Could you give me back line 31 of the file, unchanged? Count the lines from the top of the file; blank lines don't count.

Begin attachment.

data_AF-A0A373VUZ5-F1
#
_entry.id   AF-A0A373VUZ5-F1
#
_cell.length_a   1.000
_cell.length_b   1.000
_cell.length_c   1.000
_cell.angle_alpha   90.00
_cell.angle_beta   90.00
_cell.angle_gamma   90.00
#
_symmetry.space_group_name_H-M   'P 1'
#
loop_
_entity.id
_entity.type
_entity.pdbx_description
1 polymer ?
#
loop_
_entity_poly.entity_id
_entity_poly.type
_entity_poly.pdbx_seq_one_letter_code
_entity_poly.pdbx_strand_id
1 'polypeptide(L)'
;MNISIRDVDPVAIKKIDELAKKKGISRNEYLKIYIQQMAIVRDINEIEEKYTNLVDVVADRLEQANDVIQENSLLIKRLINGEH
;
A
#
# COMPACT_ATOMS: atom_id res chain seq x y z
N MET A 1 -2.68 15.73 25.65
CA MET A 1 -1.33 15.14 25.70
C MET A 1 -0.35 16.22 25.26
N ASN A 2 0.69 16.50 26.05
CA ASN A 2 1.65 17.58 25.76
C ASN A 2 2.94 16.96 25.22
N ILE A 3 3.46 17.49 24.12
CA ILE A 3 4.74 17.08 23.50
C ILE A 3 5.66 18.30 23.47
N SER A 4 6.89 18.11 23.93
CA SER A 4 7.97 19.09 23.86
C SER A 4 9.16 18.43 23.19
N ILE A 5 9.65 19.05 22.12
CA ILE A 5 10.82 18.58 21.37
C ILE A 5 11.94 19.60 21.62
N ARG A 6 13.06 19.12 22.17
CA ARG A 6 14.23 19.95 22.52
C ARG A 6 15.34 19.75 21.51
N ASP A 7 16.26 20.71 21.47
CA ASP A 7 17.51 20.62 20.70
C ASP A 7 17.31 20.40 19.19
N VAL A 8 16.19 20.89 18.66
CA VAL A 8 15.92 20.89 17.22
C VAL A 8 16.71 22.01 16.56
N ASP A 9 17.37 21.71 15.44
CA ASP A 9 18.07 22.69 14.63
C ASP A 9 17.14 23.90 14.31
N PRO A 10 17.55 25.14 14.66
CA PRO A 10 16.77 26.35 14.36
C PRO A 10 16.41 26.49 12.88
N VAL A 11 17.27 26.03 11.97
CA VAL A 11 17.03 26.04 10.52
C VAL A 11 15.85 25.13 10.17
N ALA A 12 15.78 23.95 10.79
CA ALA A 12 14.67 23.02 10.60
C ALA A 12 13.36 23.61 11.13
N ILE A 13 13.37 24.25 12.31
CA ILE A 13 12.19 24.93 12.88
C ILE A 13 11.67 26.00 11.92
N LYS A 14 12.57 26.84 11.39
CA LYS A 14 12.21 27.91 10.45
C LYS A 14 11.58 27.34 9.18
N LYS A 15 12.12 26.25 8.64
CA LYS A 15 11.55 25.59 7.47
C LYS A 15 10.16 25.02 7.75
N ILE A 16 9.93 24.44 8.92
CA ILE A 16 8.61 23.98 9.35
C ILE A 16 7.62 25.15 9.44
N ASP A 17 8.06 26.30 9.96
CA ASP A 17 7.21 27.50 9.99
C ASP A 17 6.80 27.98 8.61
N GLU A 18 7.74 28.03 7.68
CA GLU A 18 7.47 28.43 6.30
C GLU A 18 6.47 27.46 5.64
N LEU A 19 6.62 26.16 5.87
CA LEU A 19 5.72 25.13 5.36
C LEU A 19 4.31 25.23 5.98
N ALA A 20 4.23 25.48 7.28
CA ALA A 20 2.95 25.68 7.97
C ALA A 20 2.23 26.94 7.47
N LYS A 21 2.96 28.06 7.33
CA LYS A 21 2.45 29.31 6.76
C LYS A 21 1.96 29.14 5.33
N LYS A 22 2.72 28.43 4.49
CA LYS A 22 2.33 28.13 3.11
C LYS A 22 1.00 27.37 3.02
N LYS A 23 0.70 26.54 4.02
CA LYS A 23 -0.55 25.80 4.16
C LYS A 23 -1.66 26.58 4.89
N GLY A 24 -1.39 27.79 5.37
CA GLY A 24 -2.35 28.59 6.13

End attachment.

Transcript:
N MET A 1 -2.68 15.73 25.65